In a clinical trial investigating mother-to-child HIV transmission in South Africa published this week in PLoS Medicine, Neil Martinson (of the Perinatal HIV Research Unit, Soweto, South Africa) and colleagues find that adding two other antiretroviral drugs to single dose nevirapine -- an antiretroviral drug given to women and newborn children during labor and delivery to prevent transmission -- is effective in reducing the drug resistance that nevirapine causes when used by itself.
Such resistance can compromise later treatment regimens that include the same class of drug as nevirapine. The researchers report that the combination drug regimen -- which involved the addition of a twice-daily dose of zidovudine and lamivudine over several days following a single-dose of nevirapine -- is safe and easy to provide, and effective in reducing subsequent nevirapine resistance in both mothers and those babies that are infec ted despite antiretrovirals.
In a related Perspective, Dara Lehman (of Fred Hutchinson Cancer Research Center, Seattle, Washington) and colleagues, uninvolved with the research, say that assuming that there is not a large amount of lurking resistance not detected by the study, the approach may "strike the right balance of a feasible regimen that minimizes resistance" in resource-poor settings where combination antiretroviral therapy may not be available for longer-term use in pregnancy.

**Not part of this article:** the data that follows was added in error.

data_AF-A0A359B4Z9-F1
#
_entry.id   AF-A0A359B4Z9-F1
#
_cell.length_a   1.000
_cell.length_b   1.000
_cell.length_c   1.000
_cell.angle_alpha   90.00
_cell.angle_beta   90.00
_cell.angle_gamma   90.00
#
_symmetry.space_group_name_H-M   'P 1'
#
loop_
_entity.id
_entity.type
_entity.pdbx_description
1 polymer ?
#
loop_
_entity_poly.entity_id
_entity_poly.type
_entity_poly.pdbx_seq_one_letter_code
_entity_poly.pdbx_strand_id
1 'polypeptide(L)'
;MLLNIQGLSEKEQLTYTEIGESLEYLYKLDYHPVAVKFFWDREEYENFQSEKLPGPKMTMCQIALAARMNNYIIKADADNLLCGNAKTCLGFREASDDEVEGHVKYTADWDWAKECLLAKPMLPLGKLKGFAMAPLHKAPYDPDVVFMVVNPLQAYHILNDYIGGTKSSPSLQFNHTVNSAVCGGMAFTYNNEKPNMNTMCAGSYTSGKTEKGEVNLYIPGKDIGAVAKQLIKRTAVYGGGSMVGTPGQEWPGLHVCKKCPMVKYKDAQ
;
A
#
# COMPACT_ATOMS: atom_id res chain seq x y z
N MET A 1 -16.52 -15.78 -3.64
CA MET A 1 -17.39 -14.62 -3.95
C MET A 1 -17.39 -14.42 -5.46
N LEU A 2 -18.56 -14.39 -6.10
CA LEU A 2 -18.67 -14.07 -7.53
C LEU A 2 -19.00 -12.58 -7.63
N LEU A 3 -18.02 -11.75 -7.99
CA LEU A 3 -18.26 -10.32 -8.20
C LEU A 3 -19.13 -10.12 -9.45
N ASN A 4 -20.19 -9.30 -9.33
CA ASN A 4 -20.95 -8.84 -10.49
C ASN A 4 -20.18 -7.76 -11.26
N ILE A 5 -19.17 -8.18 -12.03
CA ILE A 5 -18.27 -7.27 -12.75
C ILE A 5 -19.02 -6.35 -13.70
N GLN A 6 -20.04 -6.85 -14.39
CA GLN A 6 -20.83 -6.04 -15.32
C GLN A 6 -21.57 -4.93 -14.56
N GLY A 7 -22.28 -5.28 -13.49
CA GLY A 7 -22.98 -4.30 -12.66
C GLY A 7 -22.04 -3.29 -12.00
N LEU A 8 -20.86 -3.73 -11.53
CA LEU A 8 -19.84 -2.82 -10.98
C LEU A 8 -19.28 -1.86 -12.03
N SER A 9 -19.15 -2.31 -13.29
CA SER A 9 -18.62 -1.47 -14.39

Funding: Boehringer Ingelheim, the developer and manufacturer of nevirapine, funded this trial, designed the study, was involved in data collection, and was responsible for data management and involved in the analysis. The decision to publish and preparation of the manuscript included employees of the sponsor, which gave an assurance that all authors have full access to the trial dataset.
Competing interests: M. Hopley, M. Ekelund, D. B. Hall, and P. Robinson are employed by Boehringer Ingelheim, the sponsor of the study, and D. Mayers was employed by Boehringer Ingelheim at the time of the study.
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